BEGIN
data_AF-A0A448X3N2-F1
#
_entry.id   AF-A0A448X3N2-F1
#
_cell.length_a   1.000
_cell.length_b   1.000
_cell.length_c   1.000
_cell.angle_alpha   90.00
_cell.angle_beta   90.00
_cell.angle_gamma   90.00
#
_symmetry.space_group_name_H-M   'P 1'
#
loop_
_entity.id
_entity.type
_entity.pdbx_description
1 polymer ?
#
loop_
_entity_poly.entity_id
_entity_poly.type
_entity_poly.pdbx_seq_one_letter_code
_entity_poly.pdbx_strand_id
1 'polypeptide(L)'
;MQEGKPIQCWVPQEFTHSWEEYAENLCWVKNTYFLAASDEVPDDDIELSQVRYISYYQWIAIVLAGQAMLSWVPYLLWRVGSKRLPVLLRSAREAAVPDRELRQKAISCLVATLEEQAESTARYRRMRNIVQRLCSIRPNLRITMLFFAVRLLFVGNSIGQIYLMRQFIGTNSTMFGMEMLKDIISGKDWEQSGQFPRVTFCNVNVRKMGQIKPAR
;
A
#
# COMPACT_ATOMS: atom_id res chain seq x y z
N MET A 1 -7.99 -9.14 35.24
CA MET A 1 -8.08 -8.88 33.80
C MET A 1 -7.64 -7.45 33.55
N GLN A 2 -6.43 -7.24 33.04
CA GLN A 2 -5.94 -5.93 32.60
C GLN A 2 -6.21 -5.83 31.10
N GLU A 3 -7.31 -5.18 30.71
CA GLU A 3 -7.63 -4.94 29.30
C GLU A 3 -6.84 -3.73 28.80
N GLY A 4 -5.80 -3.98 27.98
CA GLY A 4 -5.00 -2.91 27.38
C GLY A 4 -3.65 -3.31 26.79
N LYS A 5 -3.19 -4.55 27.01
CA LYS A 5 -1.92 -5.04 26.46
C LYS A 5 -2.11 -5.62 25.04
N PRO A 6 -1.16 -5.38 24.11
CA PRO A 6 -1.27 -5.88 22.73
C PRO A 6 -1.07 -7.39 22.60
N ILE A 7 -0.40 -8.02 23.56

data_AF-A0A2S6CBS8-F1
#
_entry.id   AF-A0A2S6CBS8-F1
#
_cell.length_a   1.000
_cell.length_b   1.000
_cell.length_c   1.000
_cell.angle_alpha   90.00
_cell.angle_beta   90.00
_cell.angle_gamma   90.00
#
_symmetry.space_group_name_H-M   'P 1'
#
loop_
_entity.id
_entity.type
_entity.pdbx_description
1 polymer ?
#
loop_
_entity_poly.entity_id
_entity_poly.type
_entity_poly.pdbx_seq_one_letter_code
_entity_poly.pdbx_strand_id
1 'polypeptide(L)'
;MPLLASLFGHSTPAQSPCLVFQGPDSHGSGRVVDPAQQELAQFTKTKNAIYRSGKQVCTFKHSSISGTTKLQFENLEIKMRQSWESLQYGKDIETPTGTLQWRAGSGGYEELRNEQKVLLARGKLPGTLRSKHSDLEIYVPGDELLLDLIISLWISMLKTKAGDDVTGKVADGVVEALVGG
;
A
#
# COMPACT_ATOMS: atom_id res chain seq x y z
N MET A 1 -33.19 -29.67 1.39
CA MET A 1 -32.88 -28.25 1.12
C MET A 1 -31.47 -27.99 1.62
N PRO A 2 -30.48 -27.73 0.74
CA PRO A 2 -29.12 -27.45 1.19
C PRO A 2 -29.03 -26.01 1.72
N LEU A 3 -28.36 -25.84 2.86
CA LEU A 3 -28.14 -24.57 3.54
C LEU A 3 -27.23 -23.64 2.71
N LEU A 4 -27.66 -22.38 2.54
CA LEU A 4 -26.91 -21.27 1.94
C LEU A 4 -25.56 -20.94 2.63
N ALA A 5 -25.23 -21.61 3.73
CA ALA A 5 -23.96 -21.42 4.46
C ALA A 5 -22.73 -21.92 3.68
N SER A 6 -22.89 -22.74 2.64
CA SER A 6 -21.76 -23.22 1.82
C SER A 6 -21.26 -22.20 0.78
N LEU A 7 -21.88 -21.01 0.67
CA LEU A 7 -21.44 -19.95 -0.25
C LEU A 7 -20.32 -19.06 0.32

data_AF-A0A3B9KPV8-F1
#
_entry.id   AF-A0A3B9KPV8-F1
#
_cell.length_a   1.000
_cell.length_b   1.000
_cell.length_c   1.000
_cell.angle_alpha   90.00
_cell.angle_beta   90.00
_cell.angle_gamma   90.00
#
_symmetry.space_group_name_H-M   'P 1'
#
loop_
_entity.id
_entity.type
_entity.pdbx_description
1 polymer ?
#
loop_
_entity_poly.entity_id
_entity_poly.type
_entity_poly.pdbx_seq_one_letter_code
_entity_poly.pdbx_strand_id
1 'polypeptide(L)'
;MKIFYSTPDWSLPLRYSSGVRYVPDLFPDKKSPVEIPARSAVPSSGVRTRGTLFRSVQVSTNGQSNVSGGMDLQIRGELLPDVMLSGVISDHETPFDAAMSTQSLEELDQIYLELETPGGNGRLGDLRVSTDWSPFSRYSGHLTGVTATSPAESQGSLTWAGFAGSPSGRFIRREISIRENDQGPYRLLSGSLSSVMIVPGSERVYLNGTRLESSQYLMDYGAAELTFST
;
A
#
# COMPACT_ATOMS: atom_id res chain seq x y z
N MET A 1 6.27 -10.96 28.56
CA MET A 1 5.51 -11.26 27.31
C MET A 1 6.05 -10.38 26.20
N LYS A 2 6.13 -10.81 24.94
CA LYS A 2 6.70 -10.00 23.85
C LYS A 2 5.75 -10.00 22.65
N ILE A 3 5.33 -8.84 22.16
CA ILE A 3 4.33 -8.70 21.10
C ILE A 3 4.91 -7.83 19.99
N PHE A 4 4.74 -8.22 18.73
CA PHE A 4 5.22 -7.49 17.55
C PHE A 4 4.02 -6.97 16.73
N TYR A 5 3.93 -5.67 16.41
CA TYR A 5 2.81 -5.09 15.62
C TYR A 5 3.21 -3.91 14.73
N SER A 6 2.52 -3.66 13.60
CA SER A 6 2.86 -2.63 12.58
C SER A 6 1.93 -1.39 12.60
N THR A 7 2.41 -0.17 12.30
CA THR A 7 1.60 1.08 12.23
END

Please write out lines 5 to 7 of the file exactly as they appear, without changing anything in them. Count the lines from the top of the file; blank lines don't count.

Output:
_cell.length_a   1.000
_cell.length_b   1.000
_cell.length_c   1.000